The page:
system shown in Figure 2 consisted of six main process units including a soil
pretreatment system, a feed system, an anaerobic thermal processor, a vapor
recovery system, a flue gas treatment system, and a tailings handling system.
In addition, the system used at Wide Beach included a reagent preparation
Figure 2. ATP Schematic 
APEG reagent and carrier oil solution was sprayed onto the contaminated soil as it entered the ATP unit. APEG reagent was prepared in a module consisting of a reagent storage area, reagent mixing tank, reagent and carrier oil blending tank, and feed pumps. Reagents were mixed and heated in the reagent mixing tank. The reagent solution was then blended with carrier oil in the reagent and carrier oil blending tank.
The feed system consisted of two feed hoppers and a conveyor belt. One feed hopper contained the contaminated soil and the other contained clean sand. The sand served as a heat carrier and was fed to the ATP unit during system startup and shutdown periods.
The ATP unit is a rotary kiln containing four separate
internal zones - the preheat, retort, combustion, and cooling zones (shown in
Figure 3). The feed entered the preheat zone where it was heated and mixed,
vaporizing water, volatile organics, and some semivolatile organics. The heated
solids then entered the retort zone where they were further heated, causing
vaporization of heavy oils and some thermal cracking of hydrocarbons, resulting
in the formation of coked solids and decontaminated solids. The coked and
decontaminated solids from the retort zone then entered the combustion zone
where coked solids were combusted. A portion of the decontaminated solids were
recycled to the retort zone via a recycle channel. The recycling of these
solids helped to maintain an elevated temperature in the retort zone. The
decontaminated solids remaining in the combustion zone entered the cooling zone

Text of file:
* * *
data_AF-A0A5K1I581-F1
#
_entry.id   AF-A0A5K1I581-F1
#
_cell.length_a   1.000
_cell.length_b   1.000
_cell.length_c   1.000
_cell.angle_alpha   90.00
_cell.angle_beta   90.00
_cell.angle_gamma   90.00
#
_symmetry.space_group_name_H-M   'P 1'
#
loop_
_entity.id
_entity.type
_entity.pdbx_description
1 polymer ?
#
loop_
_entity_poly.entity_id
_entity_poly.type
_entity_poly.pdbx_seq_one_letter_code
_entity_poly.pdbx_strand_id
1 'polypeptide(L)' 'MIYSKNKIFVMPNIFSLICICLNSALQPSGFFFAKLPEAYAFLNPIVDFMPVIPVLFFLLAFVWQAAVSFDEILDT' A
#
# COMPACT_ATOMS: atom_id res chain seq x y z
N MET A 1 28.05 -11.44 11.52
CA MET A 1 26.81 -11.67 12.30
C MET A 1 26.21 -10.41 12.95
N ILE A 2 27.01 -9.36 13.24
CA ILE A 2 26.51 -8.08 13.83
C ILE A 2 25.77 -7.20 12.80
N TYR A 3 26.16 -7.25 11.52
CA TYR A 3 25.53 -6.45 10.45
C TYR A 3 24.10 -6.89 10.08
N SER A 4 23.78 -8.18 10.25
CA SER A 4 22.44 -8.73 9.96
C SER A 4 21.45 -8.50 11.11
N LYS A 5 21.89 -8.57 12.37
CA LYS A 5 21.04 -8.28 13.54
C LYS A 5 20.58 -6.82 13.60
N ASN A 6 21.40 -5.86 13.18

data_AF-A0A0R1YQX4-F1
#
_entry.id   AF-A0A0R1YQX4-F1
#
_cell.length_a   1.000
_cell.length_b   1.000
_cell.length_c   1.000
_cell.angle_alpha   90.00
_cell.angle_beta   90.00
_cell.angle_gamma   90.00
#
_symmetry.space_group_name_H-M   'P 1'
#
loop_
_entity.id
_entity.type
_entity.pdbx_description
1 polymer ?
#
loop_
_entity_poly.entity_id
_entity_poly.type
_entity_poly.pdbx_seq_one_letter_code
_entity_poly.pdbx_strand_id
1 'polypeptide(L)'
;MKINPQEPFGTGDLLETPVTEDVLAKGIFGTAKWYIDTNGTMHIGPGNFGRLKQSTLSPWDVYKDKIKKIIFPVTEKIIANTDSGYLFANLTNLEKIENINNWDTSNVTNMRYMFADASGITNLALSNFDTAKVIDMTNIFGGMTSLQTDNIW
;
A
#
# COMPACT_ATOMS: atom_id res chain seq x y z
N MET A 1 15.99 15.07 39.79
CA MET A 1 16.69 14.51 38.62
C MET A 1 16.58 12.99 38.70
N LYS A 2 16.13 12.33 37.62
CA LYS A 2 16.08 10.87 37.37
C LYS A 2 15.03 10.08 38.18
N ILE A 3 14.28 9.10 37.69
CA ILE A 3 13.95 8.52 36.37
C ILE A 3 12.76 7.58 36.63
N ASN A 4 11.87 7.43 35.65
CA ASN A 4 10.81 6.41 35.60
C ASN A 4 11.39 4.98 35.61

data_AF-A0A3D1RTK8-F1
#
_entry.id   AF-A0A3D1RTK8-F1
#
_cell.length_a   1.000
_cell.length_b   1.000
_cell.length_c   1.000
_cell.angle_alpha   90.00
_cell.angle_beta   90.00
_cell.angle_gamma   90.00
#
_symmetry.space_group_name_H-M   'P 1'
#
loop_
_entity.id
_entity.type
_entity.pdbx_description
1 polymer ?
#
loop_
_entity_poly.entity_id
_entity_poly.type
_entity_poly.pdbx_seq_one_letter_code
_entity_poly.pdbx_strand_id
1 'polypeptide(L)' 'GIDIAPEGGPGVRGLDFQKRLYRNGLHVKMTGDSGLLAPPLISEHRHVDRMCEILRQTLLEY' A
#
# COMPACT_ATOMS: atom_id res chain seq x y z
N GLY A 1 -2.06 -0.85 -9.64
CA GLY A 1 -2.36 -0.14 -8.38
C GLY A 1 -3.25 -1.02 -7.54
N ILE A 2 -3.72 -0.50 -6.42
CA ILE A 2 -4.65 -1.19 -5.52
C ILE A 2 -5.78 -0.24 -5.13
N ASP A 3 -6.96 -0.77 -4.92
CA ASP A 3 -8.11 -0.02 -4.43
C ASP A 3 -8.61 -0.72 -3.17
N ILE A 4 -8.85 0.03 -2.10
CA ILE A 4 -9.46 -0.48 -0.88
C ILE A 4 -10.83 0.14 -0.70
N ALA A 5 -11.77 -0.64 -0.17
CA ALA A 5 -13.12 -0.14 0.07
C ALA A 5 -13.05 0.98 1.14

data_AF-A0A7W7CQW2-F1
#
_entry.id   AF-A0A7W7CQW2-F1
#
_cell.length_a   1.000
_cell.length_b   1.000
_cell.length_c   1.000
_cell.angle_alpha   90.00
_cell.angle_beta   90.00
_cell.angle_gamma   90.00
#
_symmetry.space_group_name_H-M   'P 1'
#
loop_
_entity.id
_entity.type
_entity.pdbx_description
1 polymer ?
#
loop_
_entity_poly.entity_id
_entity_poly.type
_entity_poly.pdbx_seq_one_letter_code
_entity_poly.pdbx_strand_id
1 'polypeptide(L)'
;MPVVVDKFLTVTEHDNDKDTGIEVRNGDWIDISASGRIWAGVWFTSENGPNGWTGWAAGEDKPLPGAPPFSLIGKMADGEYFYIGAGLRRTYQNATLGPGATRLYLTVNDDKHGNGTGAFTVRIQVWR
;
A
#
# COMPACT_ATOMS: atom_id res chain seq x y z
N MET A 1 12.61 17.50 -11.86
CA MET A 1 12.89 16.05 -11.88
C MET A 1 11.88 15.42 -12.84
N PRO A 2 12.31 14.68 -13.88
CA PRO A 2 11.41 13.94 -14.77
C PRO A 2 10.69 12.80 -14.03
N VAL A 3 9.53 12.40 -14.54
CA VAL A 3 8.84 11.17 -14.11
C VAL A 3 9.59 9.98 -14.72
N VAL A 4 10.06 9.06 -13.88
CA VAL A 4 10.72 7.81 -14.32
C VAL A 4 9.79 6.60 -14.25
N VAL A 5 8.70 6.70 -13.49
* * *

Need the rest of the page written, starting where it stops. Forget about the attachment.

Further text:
where they were cooled to an appropriate exit temperature.
Figure 3. Simplified Sectional Diagram Showing the Four Internal Zones [ 9 ]
The primary innovative features of the ATP unit are the four internal zones and the use of proprietary sand seals at each end of the retort zone which are designed to maintain an oxygen-free environment in the retort zone, and to prevent the oxidation of hydrocarbons and coke.
The vapor recovery system consisted of two parallel systems. One system condensed water and vapors from the preheat zone of the ATP unit. This system consisted of a cyclone, a condenser, and a gas-oil-water separator. The other system condensed water and vapors from the retort zone and consisted of two cyclones, a fines conveyor, a scrubber, a fractionator, a condenser, and a gas-oil-water separator.
At Wide Beach, condensed water from the vapor recovery system was treated in an on-site wastewater pretreatment system which consisted of the following treatment processes: sand filtration; clay and anthracite coal filtration; primary oxidation using sodium hypochlorite; settling; secondary oxidation with sodium hypochlorite; air stripping; and carbon adsorption. The wastewater discharged from this system was further treated in an off-site commercial treatment system.
The waste oil from the vapor recovery system containing PCBs was dechlorinated using APEG and then recycled as carrier oil in the vapor recovery system. At the end of the project, waste oil remaining in the vapor recovery system was disposed off site.